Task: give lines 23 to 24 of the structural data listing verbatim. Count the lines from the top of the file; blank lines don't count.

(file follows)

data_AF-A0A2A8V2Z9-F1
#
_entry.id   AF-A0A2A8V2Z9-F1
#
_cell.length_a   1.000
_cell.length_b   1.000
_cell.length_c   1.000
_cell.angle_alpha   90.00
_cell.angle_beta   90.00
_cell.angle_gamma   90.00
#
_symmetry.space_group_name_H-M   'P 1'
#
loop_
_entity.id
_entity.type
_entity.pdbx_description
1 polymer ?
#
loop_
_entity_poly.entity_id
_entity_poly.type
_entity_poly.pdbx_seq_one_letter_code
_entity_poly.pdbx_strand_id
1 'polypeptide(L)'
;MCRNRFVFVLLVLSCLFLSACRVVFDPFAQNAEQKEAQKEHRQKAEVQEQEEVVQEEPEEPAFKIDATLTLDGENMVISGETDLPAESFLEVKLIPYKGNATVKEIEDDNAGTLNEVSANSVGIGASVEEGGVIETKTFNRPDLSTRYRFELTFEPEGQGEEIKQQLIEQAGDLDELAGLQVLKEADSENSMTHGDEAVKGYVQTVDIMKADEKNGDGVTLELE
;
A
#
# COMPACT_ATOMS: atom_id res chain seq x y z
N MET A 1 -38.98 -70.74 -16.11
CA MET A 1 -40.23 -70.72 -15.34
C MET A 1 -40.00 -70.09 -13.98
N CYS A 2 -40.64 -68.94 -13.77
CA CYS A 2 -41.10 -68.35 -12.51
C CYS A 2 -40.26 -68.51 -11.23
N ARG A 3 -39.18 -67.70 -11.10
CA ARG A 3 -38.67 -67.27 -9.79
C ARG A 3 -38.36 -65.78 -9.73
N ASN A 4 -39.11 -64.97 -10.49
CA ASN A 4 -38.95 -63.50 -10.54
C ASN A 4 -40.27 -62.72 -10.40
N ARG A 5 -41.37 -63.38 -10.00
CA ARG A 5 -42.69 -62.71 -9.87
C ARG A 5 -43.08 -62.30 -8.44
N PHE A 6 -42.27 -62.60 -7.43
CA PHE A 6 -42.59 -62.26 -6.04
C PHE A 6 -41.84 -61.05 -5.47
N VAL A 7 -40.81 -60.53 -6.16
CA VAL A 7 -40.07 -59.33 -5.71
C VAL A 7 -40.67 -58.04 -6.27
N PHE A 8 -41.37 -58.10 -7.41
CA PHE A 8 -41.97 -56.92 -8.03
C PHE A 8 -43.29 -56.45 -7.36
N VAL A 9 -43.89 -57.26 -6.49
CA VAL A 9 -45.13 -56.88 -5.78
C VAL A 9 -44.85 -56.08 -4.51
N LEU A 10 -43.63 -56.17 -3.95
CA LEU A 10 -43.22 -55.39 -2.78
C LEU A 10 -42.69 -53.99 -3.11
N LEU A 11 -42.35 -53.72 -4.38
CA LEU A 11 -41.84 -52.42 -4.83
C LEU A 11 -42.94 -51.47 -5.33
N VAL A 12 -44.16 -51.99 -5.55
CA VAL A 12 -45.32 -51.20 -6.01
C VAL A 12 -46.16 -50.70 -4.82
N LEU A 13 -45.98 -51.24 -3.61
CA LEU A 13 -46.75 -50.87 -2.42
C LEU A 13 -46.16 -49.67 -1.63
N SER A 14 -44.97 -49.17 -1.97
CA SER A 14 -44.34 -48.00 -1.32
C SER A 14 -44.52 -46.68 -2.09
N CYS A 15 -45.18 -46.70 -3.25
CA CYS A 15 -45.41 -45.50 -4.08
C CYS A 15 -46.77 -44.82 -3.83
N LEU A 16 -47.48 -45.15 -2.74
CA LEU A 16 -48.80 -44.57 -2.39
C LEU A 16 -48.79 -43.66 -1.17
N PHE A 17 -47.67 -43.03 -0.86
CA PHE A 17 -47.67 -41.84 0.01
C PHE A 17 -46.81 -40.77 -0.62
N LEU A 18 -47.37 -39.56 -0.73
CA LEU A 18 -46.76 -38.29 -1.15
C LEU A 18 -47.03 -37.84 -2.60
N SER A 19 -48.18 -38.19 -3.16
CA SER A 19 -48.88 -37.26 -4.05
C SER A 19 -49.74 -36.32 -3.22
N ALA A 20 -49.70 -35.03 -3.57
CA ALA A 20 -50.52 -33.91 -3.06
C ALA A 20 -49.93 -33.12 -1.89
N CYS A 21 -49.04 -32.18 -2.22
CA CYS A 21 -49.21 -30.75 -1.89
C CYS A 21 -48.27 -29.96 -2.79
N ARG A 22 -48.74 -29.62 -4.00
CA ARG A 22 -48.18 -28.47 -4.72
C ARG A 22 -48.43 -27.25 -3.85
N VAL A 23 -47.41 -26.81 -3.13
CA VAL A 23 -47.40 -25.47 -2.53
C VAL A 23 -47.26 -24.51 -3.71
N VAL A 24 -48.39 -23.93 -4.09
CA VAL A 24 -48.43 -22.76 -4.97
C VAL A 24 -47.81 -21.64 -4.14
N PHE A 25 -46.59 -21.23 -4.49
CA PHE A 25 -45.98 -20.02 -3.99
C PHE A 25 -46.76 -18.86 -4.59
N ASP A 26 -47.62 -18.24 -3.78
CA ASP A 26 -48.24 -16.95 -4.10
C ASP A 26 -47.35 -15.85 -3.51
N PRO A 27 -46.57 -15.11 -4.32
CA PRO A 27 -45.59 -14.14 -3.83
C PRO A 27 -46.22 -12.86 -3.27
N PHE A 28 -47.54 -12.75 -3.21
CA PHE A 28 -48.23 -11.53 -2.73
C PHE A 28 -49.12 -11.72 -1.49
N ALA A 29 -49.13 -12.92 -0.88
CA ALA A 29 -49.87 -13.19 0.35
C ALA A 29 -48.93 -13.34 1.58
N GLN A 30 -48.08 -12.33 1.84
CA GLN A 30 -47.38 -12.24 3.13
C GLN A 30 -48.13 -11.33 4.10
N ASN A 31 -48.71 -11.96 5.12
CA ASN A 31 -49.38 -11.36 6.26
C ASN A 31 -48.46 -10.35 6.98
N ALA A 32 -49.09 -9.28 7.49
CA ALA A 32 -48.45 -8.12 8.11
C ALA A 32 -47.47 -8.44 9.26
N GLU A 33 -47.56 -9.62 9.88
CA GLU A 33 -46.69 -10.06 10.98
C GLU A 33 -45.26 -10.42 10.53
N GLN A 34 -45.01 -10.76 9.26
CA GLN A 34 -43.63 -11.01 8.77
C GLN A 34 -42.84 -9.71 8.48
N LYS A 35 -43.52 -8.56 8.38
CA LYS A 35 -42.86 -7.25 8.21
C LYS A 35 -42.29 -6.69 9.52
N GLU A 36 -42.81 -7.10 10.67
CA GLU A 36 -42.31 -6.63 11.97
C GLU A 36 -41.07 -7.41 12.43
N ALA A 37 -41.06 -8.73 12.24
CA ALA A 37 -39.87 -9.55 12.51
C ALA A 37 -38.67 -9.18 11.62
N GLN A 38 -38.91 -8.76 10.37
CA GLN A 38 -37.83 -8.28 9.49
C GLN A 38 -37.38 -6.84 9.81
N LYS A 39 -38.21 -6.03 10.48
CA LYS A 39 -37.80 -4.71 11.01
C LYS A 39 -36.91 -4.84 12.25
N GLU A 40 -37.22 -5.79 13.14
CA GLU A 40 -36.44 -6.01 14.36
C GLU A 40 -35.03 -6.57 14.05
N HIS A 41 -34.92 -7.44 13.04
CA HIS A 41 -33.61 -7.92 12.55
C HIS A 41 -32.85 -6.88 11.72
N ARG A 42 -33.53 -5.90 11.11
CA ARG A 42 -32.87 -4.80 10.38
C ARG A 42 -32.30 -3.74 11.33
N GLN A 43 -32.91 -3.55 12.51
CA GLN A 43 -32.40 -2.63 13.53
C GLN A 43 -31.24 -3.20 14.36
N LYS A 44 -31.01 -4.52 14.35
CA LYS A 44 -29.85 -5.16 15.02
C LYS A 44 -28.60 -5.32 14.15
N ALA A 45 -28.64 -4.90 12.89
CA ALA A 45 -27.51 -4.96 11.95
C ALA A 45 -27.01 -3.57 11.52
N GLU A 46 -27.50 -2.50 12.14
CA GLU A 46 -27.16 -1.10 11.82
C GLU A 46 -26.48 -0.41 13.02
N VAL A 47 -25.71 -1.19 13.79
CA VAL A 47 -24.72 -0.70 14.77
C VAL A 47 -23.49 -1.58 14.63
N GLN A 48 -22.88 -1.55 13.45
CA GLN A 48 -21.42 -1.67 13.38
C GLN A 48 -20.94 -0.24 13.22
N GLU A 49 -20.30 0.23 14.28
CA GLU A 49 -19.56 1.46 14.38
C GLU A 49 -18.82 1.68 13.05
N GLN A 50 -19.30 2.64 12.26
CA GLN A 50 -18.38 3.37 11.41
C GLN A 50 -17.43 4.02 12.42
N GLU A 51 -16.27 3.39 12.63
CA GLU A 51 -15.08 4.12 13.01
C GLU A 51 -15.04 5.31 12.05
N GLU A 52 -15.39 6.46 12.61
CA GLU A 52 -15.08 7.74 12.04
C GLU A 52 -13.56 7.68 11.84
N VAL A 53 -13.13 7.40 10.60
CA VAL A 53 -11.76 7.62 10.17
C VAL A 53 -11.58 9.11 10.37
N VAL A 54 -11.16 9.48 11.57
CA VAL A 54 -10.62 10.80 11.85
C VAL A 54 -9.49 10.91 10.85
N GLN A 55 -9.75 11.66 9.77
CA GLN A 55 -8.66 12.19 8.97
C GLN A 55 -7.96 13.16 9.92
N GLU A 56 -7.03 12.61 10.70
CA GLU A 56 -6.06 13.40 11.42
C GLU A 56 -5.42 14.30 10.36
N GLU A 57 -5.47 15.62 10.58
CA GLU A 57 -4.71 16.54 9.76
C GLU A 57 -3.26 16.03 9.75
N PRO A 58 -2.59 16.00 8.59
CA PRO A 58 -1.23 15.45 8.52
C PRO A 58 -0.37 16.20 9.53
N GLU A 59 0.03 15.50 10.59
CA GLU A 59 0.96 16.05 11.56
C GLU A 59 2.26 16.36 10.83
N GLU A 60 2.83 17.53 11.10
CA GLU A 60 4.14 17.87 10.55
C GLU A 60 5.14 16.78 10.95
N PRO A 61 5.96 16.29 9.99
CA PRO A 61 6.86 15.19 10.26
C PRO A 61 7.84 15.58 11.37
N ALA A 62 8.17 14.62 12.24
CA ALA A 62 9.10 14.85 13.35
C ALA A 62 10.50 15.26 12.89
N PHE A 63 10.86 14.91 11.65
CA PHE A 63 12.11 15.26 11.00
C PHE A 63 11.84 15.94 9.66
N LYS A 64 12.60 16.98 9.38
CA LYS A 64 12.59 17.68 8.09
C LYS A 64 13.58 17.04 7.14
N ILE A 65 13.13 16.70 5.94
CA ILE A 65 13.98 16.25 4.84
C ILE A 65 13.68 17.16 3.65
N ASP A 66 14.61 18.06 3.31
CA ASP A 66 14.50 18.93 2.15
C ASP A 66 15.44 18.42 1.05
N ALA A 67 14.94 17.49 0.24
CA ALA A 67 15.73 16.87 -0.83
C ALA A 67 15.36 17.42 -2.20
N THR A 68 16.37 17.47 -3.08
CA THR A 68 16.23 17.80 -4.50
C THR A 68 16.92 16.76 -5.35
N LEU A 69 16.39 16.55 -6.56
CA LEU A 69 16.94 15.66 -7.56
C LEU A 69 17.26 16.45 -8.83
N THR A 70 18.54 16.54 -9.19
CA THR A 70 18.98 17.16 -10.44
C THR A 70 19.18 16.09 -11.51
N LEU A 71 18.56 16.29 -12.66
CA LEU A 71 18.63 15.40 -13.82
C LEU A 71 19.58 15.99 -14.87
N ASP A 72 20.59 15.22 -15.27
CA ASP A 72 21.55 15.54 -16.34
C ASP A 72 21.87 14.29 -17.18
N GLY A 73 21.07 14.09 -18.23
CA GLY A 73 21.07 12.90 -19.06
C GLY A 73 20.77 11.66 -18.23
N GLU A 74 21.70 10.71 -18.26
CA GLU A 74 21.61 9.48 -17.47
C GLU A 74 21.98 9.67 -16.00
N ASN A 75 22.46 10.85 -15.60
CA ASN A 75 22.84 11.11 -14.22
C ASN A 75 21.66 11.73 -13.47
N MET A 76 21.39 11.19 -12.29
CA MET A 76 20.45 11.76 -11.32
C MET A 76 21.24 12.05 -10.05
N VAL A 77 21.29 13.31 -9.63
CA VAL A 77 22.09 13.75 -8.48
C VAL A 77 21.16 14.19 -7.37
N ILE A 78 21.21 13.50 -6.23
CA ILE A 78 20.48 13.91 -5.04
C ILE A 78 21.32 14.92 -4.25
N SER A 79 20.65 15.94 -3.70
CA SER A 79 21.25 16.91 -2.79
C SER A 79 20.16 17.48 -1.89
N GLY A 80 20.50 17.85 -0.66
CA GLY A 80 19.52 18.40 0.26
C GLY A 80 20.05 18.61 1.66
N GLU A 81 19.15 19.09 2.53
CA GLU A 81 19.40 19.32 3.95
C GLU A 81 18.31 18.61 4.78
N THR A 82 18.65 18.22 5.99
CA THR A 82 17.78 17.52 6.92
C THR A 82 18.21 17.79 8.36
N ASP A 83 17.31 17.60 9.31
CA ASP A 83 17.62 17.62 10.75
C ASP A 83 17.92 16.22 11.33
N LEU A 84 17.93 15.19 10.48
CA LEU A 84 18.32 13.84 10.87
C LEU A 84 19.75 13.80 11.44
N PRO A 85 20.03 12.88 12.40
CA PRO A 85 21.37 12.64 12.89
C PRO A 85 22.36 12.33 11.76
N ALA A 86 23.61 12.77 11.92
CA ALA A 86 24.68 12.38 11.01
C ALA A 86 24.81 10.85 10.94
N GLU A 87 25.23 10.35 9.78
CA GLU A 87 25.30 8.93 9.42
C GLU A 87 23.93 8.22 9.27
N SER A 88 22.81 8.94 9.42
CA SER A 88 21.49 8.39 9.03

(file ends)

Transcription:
_entity_poly.pdbx_seq_one_letter_code
_entity_poly.pdbx_strand_id